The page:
Nonetheless, according to our study, President Biden’s claim that the rate of mass shootings during the period of the assault weapons ban “went down” only for it to rise again after the law was allowed to expire in 2004 holds true.
As the U.S. looks toward a solution to the country’s epidemic of mass shootings, it is difficult to say conclusively that reinstating the assault weapons ban would have a profound impact, especially given the growth in sales in the 18 years in which Americans have been allowed to purchase and stockpile such weapons. But given that many of the high-profile mass shooters in recent years purchased their weapons less than one year before committing their acts, the evidence suggests that it might.
Editor’s note: This is an updated version of an article originally published on June 8, 2022.
Michael J. Klein does not work for, consult, own shares in or receive funding from any company or organization that would benefit from this article, and has disclosed no relevant affiliations beyond their academic appointment.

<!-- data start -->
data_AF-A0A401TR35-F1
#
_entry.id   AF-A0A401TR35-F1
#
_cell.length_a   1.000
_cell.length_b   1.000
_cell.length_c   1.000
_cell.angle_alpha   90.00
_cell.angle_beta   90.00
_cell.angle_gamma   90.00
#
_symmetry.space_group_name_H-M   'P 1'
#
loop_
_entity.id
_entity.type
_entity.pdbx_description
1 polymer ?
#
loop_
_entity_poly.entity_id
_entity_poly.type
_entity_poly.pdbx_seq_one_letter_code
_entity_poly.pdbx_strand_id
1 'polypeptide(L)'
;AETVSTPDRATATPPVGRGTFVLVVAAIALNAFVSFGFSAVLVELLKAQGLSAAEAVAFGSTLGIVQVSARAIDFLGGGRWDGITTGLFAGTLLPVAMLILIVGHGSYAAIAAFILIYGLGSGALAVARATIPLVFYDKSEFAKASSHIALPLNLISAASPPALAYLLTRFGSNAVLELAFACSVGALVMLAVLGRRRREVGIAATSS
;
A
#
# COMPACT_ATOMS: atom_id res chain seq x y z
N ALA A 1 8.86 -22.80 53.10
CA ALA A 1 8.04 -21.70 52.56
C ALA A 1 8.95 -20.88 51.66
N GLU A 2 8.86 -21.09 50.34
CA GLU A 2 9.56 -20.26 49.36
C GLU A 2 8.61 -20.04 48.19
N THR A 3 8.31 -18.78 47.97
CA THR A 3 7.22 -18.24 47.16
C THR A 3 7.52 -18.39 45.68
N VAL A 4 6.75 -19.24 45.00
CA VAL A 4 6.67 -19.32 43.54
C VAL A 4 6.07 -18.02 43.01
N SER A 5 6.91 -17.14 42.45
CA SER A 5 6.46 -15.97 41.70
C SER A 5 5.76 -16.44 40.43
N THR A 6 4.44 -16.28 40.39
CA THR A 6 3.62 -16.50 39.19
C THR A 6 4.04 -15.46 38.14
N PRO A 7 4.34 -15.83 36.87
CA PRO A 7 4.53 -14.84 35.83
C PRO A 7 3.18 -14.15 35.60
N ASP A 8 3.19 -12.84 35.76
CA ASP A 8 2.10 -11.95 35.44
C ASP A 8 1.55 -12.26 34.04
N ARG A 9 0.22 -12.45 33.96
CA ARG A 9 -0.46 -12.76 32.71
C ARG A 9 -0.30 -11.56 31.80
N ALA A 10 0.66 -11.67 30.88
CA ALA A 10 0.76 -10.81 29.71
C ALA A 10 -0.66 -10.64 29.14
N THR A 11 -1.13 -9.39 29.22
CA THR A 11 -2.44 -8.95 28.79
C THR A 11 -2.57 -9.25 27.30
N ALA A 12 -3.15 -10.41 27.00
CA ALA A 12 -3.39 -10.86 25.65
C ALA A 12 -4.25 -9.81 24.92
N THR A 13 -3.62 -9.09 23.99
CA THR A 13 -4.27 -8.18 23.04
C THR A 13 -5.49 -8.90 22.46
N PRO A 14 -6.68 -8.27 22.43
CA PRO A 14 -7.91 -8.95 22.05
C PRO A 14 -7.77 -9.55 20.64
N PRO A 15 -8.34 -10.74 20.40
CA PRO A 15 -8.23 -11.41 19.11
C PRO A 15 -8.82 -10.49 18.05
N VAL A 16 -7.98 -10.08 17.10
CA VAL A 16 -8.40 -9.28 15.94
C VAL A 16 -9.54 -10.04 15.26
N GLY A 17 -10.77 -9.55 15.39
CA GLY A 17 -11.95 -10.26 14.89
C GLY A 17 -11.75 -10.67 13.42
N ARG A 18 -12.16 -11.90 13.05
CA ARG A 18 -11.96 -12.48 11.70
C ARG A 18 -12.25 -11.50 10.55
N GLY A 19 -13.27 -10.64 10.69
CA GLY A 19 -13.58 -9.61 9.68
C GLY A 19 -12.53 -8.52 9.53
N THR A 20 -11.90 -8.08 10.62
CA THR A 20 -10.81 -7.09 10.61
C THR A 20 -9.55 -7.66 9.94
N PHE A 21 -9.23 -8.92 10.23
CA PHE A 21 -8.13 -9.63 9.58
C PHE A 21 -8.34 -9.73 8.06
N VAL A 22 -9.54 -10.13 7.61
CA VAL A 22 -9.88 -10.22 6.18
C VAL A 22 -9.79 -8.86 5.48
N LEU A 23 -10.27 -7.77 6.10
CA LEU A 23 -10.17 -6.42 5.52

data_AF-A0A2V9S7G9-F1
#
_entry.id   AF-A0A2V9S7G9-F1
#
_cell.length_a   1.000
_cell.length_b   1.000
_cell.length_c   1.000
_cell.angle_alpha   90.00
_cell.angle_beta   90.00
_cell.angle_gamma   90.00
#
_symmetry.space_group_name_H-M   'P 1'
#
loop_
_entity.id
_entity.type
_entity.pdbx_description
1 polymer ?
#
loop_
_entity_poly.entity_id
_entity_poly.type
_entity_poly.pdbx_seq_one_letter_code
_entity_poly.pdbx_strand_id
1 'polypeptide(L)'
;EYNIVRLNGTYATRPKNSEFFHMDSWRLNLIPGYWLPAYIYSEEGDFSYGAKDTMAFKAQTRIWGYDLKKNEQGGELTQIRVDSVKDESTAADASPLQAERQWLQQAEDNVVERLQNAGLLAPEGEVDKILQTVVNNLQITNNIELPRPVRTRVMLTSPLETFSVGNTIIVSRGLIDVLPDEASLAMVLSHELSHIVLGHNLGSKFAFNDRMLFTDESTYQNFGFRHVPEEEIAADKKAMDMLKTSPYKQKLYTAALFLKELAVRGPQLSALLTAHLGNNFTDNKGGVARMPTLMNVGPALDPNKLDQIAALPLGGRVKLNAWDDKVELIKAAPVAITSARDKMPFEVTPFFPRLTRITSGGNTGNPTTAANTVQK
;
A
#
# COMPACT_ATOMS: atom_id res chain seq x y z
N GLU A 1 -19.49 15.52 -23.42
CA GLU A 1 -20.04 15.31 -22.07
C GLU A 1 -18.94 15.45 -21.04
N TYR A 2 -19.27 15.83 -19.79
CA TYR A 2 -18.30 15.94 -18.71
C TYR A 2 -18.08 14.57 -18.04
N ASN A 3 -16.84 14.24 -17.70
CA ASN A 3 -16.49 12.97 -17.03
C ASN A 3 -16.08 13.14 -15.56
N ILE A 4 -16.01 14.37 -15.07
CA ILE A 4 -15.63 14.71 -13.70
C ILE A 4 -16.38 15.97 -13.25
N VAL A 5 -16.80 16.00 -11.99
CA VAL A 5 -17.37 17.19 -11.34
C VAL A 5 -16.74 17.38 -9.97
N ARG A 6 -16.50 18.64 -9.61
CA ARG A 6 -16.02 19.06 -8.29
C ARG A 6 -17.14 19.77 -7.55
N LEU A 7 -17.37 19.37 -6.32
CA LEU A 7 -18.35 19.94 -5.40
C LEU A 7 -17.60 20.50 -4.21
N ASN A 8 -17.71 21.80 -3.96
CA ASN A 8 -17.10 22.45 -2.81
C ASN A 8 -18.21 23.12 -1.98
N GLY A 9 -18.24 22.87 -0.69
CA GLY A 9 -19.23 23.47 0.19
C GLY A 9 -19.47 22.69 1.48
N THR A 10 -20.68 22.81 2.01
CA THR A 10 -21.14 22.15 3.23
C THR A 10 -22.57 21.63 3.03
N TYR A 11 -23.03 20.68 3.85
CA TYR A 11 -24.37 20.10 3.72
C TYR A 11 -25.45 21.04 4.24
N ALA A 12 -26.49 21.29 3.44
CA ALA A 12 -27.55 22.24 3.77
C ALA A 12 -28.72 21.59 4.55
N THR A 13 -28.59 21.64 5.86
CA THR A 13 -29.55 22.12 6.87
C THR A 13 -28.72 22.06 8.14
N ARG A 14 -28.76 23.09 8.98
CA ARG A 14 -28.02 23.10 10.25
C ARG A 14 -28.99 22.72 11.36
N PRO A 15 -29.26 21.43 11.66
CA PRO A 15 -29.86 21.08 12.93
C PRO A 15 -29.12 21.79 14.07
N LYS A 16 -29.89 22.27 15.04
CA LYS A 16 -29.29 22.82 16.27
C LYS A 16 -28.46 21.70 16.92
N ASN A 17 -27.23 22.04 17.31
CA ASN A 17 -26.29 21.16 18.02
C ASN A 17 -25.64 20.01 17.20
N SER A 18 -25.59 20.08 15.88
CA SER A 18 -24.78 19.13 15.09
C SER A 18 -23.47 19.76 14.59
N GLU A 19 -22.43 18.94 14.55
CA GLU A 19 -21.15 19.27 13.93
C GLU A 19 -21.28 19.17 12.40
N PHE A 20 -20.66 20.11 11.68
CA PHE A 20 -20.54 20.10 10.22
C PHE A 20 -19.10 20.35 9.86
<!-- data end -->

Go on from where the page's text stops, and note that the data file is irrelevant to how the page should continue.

When It Comes To Explaining Elections In Congress, Gerrymandering Is Overrated
Over the past decade, a consistent refrain in discussions of politics has been that partisan gerrymandering – the drawing of congressional district lines to disproportionately advantage one party over the other – is unfair and distorts the balance of power in Congress.
Democrats in particular have complained that the process advantages Republicans. Republicans have been quick to blame Democrats for the same thing in states such as Maryland.
But ultimately, the parties’ efforts to gain a seat advantage in the most recent round of redistricting ended up mostly in a wash – and 2022’s razor-thin midterm election results reflected this.
As a political scientist who studies Congress, elections and political representation, I know that redistricting is both more complex and less nefariously partisan than many commentators give it credit for. The truth is that gerrymandering has always been overrated as an explanation of election outcomes in Congress.
Let’s run through some of the reasons.
Does gerrymandering skew election outcomes?
The Constitution requires that every 10 years, following the decennial census, states redraw the geographic boundaries of congressional districts. The purpose is largely to make sure the districts are as equal as possible based on population.